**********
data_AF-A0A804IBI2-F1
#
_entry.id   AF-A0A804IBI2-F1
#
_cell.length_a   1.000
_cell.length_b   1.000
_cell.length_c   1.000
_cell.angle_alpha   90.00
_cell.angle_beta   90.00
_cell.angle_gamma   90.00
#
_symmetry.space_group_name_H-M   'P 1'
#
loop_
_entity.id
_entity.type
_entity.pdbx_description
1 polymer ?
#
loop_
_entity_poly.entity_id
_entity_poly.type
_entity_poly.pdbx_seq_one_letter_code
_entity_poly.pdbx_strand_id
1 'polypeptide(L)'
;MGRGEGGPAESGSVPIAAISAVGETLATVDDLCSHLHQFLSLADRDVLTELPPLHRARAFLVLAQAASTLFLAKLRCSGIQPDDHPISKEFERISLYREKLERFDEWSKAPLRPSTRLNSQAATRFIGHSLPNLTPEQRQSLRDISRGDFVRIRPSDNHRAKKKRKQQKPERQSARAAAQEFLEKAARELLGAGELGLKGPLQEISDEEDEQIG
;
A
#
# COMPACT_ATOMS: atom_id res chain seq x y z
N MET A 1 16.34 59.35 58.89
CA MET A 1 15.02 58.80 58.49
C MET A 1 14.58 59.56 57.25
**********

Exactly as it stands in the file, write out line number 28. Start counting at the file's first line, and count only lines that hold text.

A